Although the plan is still in its infancy, it will be the guideline that will guide policy makers, developers and stakeholders towards a preferred future for the site. And much depends on the cancellation of the $25 million in outstanding bonds currently held by the Commonwealth, she said.

The slow closure of the training center began in 2012, when the then government. Bob McDonnell was told the training center, along with four others in the state, had to be closed due to a settlement with the US Department of Justice, which was seeking to have residents in smaller community homes instead than in larger institutions.

In 2015, the Amherst County Board of Supervisors contacted the Amherst County Economic Development Authority and asked them to partner with the Lynchburg Regional Business Alliance to chart a way forward.

In 2020, the Central Virginia Training Center closed, and in 2022 the redevelopment master plan was completed for the center.

“Our region has a unique opportunity. We can create a vision for this site that can change the future of our region. It’s in our hands,” Lucas said. “The plan is both practical and ambitious. This is a key element and the ongoing creation of a vibrant urban core, which we know is key to attracting both young and seasoned talent and businesses of all sizes.

The Alliance was the catalyst for advancing the vision for the site and creating a redevelopment plan to achieve it, bringing together many partners who helped make the redevelopment a reality, she said.

“The plan offers a variety of housing options to suit all needs and tastes, a beautiful central location for shopping and dining, and an urban yet walkable layout considering both nature and nature. geography of the location,” she said. “Creating this urban lifestyle is especially critical in cities that compete for creative, tech-savvy people and businesses (whose) talent fuels much of the job creation and growth (in) our country today.”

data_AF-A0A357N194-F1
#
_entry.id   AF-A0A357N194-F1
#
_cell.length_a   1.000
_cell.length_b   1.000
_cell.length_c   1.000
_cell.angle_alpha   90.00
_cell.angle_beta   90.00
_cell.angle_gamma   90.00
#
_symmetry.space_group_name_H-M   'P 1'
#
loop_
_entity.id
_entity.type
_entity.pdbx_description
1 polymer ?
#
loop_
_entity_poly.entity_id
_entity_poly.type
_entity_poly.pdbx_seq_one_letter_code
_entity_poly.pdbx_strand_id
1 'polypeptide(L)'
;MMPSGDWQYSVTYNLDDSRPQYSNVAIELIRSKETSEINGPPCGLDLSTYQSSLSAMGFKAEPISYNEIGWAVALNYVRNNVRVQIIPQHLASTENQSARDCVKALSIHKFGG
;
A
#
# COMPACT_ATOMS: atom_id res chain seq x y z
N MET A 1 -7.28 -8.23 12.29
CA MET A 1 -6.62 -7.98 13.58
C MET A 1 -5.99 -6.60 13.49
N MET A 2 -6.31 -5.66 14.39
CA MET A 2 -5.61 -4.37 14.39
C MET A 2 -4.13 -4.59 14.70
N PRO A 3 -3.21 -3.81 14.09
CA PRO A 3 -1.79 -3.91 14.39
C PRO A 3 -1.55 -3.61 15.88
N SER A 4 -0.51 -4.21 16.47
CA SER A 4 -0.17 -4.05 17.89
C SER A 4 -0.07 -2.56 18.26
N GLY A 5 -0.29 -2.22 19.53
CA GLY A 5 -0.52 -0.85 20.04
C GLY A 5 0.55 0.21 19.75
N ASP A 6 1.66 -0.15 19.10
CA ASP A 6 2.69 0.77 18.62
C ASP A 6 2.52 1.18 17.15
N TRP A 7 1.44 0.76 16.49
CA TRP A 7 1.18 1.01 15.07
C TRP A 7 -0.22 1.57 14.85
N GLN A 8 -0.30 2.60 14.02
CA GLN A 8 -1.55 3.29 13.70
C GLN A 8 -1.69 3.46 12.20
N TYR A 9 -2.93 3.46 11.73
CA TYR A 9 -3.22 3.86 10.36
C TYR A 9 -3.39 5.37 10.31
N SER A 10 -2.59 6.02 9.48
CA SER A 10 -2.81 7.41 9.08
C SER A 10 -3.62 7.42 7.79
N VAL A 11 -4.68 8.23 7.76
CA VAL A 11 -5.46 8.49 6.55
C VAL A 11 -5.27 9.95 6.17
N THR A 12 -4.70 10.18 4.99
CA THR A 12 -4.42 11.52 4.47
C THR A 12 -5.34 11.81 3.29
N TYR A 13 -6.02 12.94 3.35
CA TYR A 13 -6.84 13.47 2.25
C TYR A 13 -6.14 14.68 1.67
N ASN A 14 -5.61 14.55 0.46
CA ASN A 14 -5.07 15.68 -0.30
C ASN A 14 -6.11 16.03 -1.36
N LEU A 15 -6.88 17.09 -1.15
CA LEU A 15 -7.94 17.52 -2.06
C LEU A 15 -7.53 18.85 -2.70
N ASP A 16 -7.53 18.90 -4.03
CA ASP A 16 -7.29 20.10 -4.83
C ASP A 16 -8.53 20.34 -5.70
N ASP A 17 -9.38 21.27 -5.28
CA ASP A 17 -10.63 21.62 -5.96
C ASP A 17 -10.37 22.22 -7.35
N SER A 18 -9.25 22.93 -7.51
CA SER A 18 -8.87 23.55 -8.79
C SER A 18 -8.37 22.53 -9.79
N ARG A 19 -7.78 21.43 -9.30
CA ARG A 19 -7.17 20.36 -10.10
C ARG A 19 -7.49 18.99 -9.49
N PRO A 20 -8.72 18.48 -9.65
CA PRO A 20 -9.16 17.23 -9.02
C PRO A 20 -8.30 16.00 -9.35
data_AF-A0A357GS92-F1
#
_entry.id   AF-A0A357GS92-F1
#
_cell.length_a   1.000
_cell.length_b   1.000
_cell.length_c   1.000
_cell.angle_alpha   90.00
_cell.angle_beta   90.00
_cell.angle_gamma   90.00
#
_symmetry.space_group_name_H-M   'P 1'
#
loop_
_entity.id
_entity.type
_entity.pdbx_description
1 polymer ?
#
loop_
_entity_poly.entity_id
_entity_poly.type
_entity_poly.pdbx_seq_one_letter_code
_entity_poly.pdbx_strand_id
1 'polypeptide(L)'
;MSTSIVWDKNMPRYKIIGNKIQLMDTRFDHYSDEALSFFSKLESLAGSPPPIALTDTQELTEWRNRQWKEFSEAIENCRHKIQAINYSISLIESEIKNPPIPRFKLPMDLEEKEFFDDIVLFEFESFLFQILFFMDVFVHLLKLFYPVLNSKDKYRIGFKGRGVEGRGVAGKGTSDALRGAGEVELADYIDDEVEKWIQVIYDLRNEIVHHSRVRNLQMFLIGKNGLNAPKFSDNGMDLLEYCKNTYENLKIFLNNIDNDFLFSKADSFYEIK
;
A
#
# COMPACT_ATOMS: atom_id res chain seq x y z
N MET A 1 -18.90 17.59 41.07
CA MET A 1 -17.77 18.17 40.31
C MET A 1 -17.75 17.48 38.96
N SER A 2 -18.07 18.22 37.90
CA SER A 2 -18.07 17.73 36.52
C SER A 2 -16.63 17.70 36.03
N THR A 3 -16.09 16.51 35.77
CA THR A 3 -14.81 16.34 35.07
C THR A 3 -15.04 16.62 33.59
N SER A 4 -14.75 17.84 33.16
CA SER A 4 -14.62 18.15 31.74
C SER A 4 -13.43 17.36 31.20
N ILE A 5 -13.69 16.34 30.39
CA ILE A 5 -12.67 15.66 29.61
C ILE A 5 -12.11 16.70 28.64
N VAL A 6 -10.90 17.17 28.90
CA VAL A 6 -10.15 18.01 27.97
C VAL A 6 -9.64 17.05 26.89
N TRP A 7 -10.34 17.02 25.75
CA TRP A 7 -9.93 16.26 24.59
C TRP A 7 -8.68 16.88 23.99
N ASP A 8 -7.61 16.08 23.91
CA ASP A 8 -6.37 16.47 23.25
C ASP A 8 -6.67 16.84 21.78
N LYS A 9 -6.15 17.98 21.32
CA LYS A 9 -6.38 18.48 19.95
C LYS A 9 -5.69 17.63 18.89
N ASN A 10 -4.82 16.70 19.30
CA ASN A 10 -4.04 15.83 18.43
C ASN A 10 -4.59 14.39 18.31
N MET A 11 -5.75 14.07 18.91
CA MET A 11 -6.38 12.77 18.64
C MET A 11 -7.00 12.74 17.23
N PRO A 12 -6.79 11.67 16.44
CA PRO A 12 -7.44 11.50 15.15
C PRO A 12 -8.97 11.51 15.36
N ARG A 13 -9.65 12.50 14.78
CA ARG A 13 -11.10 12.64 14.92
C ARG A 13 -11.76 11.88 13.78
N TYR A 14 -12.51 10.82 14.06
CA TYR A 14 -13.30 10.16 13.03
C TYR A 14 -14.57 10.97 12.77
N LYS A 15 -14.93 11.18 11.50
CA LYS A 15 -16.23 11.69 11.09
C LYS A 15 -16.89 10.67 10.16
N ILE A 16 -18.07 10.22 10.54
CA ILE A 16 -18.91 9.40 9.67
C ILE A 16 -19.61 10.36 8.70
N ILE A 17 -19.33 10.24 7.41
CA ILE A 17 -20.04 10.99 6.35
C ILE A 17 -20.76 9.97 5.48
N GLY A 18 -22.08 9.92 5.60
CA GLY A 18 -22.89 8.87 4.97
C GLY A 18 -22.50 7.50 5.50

She added that there were two cemeteries on the site, both owned by the Commonwealth, which will continue to be responsible for these cemeteries.

“People who have relatives there will still be able to come and visit them as they wish, and there is no other plan,” she said.

Although the redevelopment plan was the first of many hurdles, stakeholders were acutely aware of the ongoing obligations on the property and their potential effect on the sale and future redevelopment of the site.

In April, when the redevelopment plan was released, Lucas said the outstanding bonds, combined with the site’s dilapidated buildings and infrastructure, made the property almost worthless for development.

“Senator Newman’s unwavering support of our region, his vision, his integrity and his leadership got us here today, our region’s champion helped get over the biggest, biggest hurdle we have for this site , the removal of $25 million and outstanding bonds,” Lucas said.

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Milton S. Rodgers